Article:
Aladdin: In Disney's live-action remake, 'Princess' Jasmine is her own Knight in shining armour
The Jasmine of Guy Ritchie's Aladdin is given ambition.
Princess Jasmine was a groundbreaking character even at the time of its inception in the 1992 Aladdin animated film. But the live-action remake trumps that portrayal by a mile. Naomi Scott's Princess Jasmine is ironically not a princess, at least not in her head.
Disney had crystallised the notion of a princess as a perpetual damsel in distress, waiting to be rescued by a Prince Charming. Over the years, when the studio moved with the times, it made several progressions. Some of these were in the form of Jasmine's predecessors, Ariel from The Little Mermaid (1989) and Belle from Beauty and The Beast (1991). But Jasmine was unique for various reasons.
Firstly, she was the first non-white Disney princess. Secondly, her role was not the focal point of the film she was a part of. While her character was admired for having the "agency to choose her prince" and for being a symbol of "feminist consciousness", she was subsequently criticised for she did not have a "more pressing role apart from being "Aladdin's love interest". Moreover, allegations of racial appropriation were also hurled at Disney for anglicising a Middle-Eastern princess. Joanna Kadi, in her book Thinking Class: Sketches From A Cultural Worker, claimed Jasmine was "as Arab as baseball and apple pie".
At the time it did not feel out of place since Aladdin was designed as a fantasy. Jasmine was a rebel of limited cause. Yes, she enjoyed the agency to choose her prince, and at a later stage, also ridiculed her father, the Sultan, for objectifying her as a prize. Yes, she did often sneak out of her palace to interact with the commoners in disguise. But the intention behind the same was only to escape the claustrophobia of being born into a fiercely protected environment.
The Jasmine of Guy Ritchie's Aladdin is given ambition. This ambition is not restricted to the guilty pleasure of roaming the streets under a veil. The idea behind exploring the city covertly is to acquaint herself with her subjects, whom she wishes to rule in the future. Though she reluctantly gives in to her father's request of entertaining her suitors, she always treats them as greedy men vying for her father's kingdom. She is aware that the Sultan's intention to get her married to a prince of another state also stems from an expansionist approach.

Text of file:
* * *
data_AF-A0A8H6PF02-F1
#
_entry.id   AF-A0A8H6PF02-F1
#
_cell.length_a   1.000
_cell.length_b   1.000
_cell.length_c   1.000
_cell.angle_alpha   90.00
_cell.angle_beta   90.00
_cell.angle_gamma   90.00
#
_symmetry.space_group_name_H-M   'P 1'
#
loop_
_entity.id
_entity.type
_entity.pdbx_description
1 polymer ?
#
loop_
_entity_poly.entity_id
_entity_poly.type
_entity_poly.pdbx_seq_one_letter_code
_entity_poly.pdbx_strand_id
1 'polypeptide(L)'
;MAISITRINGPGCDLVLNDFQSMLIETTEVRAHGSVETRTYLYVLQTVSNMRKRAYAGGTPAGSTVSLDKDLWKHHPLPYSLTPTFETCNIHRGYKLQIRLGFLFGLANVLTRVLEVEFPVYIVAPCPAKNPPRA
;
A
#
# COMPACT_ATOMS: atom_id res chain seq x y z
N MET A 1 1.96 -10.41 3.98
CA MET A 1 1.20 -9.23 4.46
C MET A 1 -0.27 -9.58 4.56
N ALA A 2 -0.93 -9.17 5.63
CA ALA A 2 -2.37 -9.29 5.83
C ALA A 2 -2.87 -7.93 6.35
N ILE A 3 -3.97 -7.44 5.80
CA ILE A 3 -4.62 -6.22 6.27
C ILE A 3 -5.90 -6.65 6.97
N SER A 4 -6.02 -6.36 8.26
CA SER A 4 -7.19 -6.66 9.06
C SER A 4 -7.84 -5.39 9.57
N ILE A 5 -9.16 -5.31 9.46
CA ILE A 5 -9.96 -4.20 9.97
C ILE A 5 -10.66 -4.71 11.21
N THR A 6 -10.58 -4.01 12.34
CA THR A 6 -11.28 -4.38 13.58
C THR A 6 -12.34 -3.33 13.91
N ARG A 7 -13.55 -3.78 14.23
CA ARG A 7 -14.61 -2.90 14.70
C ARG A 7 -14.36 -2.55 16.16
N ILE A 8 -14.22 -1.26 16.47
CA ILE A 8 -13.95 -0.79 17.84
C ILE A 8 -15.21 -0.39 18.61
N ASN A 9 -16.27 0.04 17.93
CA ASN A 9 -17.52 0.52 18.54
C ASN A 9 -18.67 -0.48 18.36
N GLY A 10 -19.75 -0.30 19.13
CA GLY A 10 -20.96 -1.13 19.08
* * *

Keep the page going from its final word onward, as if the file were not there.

These shades of Jasmine, save the aspiration to become the Sultan instead of marrying one, are also seen in the original animated version. However, the resolution in that film was so hackneyed that it ultimately shows Jasmine resigning to patriarchy. Buried under 1,000 years of patriarchy, she certainly has conflicts of her own.
But Scott's Jasmine is a Sultan at heart. All the men around her, including Aladdin, Jafar and Sultan, did not approve of (or even foresee) her as the next Sultan because of their conditioning. But Jasmine had the vision to see 'A Whole New World' out there, where women inclined to rule kingdoms would serve as the ideal Sultan (and not a Sultanah).
Her political ideology as the ruler of Agrabah is evident in her conversations with her father and Jafar. She seemed a better king than her father because unlike him, she was willing to bend the law and also interact more with the people of Agrabah to gauge what they actually need. She probably inherited this approach from her mother, who, as revealed early in the film, was killed on the streets. She is seen quoting her mother in one of the scenes, "A Sultan can be as happy as the least happy subject of their kingdom." She also proves she does not have the streak of a conqueror like Jafar when she vehemently opposes his proposition of invading her mother's kingdom. She believes in consolidating her kingdom more than expanding it.
*Spoiler* In the end, when she does become the Sultan and changes the law immediately, she proves that she always had the vision to rule a kingdom and bring change to the archaic rules that restricted its prosperity. *Spoiler alert ends*
In the deserted land of Agrabah, Jasmine was originally introduced in a blue ensemble, symbolising water, sitting next to a fountain. She was thus presented as "the most precious thing one can find in the desert". Fittingly so, since the original Aladdin revolved around the titular character's quest to win over Jasmine. The remake projects Jasmine not as a precious object to be won over, but as a 'diamond in the rough'.
All images from Twitter.
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